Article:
LB does not anticipate reducing personnel’s work hours
Absent any scaling down in local revenue, the Legislative Bureau does not anticipate any reduction in their personnel’s work hours, according to LB director Perry John P. Tenorio
In his report on revisions to the Appropriations and Budget Act for Fiscal Year 2023, Tenorio noted that 100% of the Legislative Bureau’s personnel cost is funded by local funds.
In reviewing Gov. Arnold I. Palacios’ revision to the fiscal year 2023 budget law, Tenorio said the Legislative Bureau is grateful that he spared the bureau and the CNMI Youth Congress from any reduction.
Tenorio’s report, dated March 13, was addressed to House of Representatives Committee on Ways and Means chair Rep. Ralph N. Yumul (Ind-Saipan) and Senate Committee on Fiscal Affairs chair Sen. Donald M. Manglona (Ind-Rota).
He said the governor’s revised projections retain the fiscal year 2023 budget law’s funding level—-$2,455,134— for the bureau’s personnel, operations, and utilities, and $42,559 for Youth Congress’ personnel and operations.
Palacios is cutting down the work schedule of some Executive Branch employees to just 72 hours starting April 24, 2023, and through the end of fiscal year 2023.
Citing that the fiscal challenges the CNMI faces impact the whole government and the community, Palacios urged the Legislature and Judiciary, as well as autonomous agencies of the government, to similarly implement cost-containment measures, particularly with respect to operations or personnel that were funded in whole or in part by the American Rescue Plan Act in fiscal year 2023.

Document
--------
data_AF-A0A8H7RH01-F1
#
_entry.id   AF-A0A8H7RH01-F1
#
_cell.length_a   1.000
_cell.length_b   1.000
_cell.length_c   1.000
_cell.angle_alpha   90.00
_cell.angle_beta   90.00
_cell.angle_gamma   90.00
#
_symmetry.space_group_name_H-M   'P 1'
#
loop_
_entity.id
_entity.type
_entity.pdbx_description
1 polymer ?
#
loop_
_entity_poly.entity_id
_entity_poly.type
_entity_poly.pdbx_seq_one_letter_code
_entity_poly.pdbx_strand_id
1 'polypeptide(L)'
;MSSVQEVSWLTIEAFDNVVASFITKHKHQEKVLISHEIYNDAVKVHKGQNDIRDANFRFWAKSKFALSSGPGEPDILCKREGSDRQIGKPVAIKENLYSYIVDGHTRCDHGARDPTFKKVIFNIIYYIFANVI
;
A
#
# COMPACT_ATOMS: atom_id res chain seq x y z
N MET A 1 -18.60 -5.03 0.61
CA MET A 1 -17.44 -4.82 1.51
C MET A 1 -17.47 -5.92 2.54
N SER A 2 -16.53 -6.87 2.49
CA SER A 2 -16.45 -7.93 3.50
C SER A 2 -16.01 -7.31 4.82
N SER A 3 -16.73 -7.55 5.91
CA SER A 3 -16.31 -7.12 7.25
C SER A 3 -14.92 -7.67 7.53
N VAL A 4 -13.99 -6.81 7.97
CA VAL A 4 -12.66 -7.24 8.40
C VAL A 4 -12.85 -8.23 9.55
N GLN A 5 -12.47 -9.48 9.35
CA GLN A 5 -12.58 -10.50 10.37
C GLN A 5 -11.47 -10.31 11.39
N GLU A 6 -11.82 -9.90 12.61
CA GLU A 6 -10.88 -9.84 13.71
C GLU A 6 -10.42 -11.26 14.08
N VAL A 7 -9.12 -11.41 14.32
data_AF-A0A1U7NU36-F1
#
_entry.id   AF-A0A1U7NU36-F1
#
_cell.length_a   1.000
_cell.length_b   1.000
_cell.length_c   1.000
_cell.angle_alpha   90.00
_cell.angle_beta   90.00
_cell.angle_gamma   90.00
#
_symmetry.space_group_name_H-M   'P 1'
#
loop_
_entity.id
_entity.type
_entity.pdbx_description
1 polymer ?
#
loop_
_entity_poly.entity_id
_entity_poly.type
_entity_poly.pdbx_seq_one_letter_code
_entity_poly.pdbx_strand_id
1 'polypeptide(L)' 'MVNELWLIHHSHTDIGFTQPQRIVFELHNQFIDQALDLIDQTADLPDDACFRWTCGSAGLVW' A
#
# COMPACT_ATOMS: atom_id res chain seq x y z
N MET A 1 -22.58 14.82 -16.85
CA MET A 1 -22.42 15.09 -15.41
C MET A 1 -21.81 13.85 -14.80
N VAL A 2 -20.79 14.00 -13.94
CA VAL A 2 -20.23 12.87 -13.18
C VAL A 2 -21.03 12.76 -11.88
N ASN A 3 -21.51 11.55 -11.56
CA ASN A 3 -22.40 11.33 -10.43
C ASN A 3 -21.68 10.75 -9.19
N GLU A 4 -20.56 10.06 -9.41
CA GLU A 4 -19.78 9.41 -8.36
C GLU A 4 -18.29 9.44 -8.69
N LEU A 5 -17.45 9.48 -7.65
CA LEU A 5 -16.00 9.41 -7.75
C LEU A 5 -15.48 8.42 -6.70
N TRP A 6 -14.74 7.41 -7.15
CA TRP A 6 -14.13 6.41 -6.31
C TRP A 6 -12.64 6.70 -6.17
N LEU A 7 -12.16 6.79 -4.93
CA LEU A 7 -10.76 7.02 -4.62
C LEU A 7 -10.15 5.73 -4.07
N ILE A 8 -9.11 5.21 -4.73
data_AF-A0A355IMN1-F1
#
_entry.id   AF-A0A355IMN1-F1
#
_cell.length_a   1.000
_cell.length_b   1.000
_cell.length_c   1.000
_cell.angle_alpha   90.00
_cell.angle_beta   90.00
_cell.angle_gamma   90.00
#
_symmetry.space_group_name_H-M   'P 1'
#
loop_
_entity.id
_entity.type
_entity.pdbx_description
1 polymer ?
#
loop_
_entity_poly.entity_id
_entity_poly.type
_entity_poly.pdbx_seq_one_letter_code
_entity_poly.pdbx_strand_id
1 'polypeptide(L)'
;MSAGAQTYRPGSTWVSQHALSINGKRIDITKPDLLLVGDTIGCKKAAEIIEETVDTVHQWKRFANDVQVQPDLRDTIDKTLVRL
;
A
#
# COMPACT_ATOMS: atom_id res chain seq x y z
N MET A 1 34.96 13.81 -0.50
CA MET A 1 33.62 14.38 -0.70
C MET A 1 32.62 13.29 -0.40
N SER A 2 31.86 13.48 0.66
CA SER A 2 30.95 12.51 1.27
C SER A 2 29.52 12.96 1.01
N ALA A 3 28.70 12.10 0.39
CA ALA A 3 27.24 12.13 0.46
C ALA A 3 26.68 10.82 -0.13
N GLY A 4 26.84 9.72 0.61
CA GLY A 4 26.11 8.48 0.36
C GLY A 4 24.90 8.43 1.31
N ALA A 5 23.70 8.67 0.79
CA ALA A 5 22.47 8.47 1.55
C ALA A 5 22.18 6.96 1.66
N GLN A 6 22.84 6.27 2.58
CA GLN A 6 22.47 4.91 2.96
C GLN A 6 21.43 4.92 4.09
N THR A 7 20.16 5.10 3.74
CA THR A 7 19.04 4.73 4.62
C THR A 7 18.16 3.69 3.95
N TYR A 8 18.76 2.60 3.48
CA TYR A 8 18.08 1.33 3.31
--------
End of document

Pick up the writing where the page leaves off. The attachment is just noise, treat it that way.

The bureau has also postponed the hiring of personnel.
“With some clarity now, we are having to review our budgetary priorities and assess the progress toward achieving them, considering that half of the fiscal year has already passed,” the director said.
Tenorio disclosed that of the 34 positions for the bureau, 29 are filled and five5 are vacant, and only one position for the Youth Congress has been filled.
According to their analysis of the bureau’s filled positions, they have estimated that the cost per pay period is $70,407, which amounts to an annual cost of $1,830,575, he said.
Tenorio said their immediate concern is the underfunding of the bureau’s utilities budget and the operating budget for the Youth Congress. In this regard, he said, the bureau is requesting consideration in making the adjustments.
On ARPA-related matters, Tenorio said the bureau was allocated $3.56 million out of the total $482 million approved for the CNMI. He said these funds were designated for essential upgrades to the Legislature building, encompassing capital improvements, operations, and technology.
However, Tenorio said, the recent communication with acting Finance secretary Tracy B. Norita casts uncertainty on the availability of ARPA funds for the bureau. He said this decision is troubling because the bureau currently does not have enough resources in its local account to address pressing needs.
Specifically, Tenorio said, they require approximately $1.4 million for the construction of the backup generator and a new HVAC (air-conditioning) system.
In addition, he said, they need to hire an engineer to supervise the construction progress, estimated to cost around $115,000, for both projects.
He noted that in October 2021, they were forced to make an emergency purchase of a 20-ton HVAC system, which cost approximately $185,000. The unit serves the air-conditioning system of both Senate and House chambers, as well as several member offices.
Tenorio said they have to increasingly rely on the expertise of air-conditioning technicians to troubleshoot the outdated units.
“It is not a matter of if but when our current units will malfunction, necessitating costly repairs or replacements,” he added.